Therefore, it would be greatly advantageous if a technique were made available to provide compatibility between a generic program and varying hardware configurations on which it might be operated to assure that particular ASCII code points are handled by the system as intended by the operator.

SUMMARY OF THE INVENTION

Accordingly, upon initial loading of an application program an exception table, external to the application program, is called to determine the presence thereof. If the external exception table is present, then all tables within the application program which convert ASCII to MLG EBCDIC, MLG EBCDIC to ASCII, and other internal code to ASCII are modified according to this set of exception tables which are external to the application program. If no such set of external exception tables is found during this initial program loading of the application, it is assumed that the application program being loaded is totally compatible with the hardware on which it is being loaded, without any need for further modification. Plural sets of external exception tables may be included with the ability of the operator to chose which set of exception tables will be used to modify the program to, thereby, allow the operator to use a single program package with a variety of different hardware configurations.

More specifically, the invention herein described provides for the capability of an automatic modification of a plurality of internal tables of a complex word processing program such as the IBM DisplayWrite 3 word processing program upon initial loading of the program into a personal computer. The IBM DisplayWrite 3 program contains basically three types of internal tables that deal with the translation of ASCII codes. A first of these types of tables maps an input ASCII code into an MLG EBCDIC code. Another type of table maps an MLG EBCDIC code into an ASCII code for presentation. A third type of the tables maps icon formatting information internally generated by the DisplayWrite 3 program into ASCII code points for presentation. With the operation of this invention, each of these three types of tables becomes modified by the data stored in the external exception tables. These exception tables are tailored to the differences between the hardware intended for the DisplayWrite 3 program when it is run without this modification and the hardware on which the DisplayWrite 3 is to run with this modification.

The foregoing and other objects, features, extensions, and advantages of the invention will be apparent from the following more particular description of a preferred embodiment of the invention, as illustrated in the accompanying drawings.

BRIEF DESCRIPTION OF THE DRAWINGS

FIG. 1 is a block diagram of a typical personal computer system which includes a plurality of I/O devices which receive codes subject to modification according invention.

FIG. 2 shows the data flow in a typical personal computer system, such as that shown in FIG. 1, including the modification of tables within an application program according the principles of this invention.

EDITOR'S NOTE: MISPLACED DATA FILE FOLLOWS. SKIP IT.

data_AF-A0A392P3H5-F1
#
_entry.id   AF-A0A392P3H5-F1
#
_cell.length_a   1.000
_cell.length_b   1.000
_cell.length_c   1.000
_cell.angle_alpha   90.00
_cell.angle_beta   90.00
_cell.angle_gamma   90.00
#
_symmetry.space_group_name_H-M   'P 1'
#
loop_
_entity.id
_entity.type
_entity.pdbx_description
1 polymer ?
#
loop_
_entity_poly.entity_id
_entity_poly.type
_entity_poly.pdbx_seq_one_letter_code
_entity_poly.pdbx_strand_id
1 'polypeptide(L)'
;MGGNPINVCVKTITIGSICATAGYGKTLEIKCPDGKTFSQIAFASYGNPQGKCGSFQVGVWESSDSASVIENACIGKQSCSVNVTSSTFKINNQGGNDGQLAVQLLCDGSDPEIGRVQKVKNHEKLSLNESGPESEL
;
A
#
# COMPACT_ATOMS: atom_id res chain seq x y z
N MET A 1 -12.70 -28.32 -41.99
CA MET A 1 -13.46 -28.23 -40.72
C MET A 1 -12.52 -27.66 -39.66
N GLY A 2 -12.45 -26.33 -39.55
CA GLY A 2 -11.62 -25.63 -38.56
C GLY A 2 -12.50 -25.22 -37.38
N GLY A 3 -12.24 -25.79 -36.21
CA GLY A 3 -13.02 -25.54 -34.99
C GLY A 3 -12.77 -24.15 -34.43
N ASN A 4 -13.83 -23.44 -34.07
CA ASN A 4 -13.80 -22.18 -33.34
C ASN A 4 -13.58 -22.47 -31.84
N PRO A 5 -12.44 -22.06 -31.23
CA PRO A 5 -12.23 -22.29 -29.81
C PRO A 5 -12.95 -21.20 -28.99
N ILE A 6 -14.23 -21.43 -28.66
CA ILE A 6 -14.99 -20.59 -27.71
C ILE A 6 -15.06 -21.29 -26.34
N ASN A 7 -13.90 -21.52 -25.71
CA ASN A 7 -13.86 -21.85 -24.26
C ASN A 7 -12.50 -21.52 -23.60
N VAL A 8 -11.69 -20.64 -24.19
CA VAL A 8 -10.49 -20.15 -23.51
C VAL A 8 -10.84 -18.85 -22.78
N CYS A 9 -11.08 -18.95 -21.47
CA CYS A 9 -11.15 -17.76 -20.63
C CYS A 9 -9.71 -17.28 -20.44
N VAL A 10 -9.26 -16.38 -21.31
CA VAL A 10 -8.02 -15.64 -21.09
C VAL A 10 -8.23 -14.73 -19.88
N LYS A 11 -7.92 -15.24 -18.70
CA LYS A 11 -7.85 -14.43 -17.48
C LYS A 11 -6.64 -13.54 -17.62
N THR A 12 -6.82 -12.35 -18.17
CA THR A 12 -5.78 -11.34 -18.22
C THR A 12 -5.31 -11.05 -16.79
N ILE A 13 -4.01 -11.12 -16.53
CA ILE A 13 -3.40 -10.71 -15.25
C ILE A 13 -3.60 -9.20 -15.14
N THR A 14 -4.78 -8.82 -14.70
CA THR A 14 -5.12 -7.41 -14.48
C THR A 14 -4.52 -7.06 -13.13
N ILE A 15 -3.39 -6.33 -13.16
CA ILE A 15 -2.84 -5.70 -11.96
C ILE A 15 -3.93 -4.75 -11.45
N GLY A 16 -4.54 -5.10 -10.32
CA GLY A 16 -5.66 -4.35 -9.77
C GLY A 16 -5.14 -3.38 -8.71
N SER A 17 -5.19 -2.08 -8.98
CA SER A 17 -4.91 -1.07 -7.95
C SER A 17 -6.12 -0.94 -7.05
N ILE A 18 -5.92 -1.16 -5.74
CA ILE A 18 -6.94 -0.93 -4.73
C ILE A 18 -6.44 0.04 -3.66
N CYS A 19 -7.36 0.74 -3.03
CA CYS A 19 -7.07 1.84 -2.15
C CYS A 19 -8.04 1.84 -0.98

FIG. 3 is a flow chart which shows the modification of tables within an application program in response to the presence of a set of external exception tables, according to the principles of this invention.

DETAILED DESCRIPTION OF THE PREFERRED EMBODIMENTS

Referring now to FIG. 1 a typical personal computer architecture is shown, such as the configuration used in the IBM Personal Computer. The focal point of this architecture comprises a microprocessor 1 which may, for example, be an Intel 8088 or similar microprocessor. The microprocessor 1 is connected to a bus 2 which comprises a set of data lines, a set of address lines and a set of control lines. A plurality of I/O devices or memory or storage devices 3-8 are connected to the bus 2 through separate adapters 9-14, respectively. For example, the display 4 may be, for example, the IBM Personal Computer Color Display and the adapter 10 may, accordingly, be the IBM Color/Graphics Display Adapter. The other devices 3 and 5-8 and adapters 9 and 11-14 are either included as part of an IBM Personal Computer or are available as plug-in options from the IBM Corporation. For example, the random access memory 6 and the read-only memory 8 and their corresponding 12 and 14 are included as standard equipment in the IBM Personal Computer, although additional random access memory to supplement memory 6 may be added via a plug-in memory expansion option.

Within the read-only memory 8 are stored a plurality of instructions, known as the basic input/output operating system, or BIOS, for execution by the microprocessor 1. As will be described hereinafter, the BIOS controls the fundamental operation of the computer. An operating system such as the disk operating system or DOS, most commonly used with the IBM Personal Computer family, is loaded into the memory 6 and runs in conjunction with the BIOS stored in the ROM 8. It will be understood by those skilled in the art that the personal computer system could be configured so that parts or all of the BIOS are stored in the memory 6 rather than in the ROM 8 so as to allow modification of the basic system operation by changes made to the BIOS program, which would then be readily loadable into the random access memory 6.

An application program such as the IBM DisplayWrite 3 word processing program, may also be loaded into the memory 6 to provide instructions to the microprocessor 1 to enable a comprehensive set of word processing tasks to be performed by the personal computer system shown in FIG. 1. An application program loaded into the memory 6 is said to run in conjunction with the disk operating system previously loaded into the memory 6.